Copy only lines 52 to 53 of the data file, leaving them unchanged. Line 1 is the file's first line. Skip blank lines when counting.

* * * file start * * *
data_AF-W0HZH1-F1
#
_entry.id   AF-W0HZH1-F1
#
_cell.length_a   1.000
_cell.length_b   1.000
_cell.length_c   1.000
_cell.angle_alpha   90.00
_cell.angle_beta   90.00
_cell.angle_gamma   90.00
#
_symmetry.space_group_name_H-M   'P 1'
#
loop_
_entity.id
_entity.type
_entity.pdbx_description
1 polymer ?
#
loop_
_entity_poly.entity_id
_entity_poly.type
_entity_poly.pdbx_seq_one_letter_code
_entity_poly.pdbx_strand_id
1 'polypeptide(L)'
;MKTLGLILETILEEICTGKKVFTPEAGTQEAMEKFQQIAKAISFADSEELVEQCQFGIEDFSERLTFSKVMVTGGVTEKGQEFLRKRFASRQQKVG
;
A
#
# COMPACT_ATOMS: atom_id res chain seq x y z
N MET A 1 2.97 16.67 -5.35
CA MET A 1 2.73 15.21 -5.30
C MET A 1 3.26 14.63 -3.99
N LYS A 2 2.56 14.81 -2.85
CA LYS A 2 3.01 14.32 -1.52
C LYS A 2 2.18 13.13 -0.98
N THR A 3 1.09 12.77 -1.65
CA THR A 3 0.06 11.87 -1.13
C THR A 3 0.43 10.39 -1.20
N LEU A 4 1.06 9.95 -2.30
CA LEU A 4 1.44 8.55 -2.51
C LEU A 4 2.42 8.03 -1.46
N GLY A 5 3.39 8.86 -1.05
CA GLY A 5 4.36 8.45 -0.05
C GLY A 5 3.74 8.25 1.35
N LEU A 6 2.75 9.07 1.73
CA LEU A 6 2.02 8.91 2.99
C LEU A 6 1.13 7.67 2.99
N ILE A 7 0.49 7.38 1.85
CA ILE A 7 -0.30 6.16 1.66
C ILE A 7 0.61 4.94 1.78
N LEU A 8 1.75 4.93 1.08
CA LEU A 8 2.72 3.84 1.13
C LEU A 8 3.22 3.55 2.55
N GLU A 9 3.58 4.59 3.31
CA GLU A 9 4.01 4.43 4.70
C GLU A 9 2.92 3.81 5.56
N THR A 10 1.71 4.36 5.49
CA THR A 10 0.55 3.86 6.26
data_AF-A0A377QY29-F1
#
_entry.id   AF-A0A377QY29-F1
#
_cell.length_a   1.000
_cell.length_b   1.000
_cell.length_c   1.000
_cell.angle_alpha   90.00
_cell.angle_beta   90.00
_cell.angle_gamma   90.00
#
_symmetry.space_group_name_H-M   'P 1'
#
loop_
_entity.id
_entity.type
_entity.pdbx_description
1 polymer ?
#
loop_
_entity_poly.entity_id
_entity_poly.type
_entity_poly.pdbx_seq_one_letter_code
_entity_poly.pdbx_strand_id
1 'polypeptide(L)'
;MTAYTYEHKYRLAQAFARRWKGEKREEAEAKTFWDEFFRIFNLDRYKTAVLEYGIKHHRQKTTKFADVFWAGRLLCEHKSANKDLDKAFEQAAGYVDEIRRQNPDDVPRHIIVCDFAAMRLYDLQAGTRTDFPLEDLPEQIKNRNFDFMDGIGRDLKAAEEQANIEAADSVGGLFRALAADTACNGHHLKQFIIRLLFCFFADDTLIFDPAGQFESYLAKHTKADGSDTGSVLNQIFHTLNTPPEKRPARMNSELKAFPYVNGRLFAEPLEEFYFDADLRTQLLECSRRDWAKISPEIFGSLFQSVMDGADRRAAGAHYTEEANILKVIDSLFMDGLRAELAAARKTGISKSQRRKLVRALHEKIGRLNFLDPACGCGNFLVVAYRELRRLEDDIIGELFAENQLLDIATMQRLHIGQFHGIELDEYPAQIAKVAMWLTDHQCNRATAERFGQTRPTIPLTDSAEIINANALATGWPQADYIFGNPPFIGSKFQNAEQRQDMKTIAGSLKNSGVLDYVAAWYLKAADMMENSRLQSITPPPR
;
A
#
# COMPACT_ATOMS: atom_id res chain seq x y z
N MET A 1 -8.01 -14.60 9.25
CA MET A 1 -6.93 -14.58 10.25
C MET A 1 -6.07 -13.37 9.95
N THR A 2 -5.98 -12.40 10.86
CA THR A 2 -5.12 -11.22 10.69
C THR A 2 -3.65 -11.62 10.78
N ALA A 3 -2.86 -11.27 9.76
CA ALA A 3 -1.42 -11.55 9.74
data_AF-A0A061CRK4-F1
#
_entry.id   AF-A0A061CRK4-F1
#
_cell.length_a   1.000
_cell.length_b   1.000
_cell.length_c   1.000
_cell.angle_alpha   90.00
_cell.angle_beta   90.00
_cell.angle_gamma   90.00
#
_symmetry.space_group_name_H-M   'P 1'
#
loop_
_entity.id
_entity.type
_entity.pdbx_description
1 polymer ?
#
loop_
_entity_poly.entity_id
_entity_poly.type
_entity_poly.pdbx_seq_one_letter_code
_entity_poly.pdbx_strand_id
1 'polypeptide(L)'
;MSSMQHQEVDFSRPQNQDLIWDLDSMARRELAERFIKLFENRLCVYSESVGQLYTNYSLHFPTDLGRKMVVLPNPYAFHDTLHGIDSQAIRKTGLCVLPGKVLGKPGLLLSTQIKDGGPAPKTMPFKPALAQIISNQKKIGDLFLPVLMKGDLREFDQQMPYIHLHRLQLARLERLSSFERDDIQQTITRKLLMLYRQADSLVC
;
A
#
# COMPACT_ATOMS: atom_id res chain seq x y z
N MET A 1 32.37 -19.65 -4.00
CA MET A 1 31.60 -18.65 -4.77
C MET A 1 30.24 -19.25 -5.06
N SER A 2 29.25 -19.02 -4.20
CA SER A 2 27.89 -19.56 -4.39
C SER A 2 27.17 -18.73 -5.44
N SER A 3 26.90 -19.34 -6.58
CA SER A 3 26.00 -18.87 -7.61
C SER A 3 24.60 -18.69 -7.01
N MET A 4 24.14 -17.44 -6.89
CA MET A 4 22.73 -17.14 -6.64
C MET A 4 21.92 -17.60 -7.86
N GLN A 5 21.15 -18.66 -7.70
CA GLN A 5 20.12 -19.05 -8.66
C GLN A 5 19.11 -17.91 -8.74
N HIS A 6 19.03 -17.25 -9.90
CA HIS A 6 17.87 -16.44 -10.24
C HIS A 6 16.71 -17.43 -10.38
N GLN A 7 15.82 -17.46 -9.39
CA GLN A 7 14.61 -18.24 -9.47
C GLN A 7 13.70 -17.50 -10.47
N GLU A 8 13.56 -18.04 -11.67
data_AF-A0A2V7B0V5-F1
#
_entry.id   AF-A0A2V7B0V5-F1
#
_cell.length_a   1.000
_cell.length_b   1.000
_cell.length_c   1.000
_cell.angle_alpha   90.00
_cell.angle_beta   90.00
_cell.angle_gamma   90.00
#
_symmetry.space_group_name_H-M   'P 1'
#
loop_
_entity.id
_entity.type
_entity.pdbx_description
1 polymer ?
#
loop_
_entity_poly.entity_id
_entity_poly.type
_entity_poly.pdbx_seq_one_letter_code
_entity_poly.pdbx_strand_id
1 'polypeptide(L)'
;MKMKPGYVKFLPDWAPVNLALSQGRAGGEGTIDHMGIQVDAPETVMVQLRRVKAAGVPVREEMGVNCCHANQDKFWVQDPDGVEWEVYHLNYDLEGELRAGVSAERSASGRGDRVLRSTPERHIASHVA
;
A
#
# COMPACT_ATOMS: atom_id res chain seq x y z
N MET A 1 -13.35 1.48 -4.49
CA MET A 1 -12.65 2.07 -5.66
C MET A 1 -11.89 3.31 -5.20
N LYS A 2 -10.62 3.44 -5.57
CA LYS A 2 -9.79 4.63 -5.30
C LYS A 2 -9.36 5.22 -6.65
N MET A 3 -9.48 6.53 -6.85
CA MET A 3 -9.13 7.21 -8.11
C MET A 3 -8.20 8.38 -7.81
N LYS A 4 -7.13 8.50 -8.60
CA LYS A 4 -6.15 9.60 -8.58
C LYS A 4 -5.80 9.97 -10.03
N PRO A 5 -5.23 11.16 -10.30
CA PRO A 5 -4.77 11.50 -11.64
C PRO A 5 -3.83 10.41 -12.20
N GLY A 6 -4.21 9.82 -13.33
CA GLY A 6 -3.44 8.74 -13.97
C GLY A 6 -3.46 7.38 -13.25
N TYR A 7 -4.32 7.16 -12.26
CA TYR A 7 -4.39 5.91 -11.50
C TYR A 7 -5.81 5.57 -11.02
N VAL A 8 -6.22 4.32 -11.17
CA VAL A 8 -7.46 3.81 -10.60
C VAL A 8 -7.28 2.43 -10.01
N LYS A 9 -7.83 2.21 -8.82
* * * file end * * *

N LEU A 8 1.75 4.93 1.08
CA LEU A 8 2.72 3.84 1.13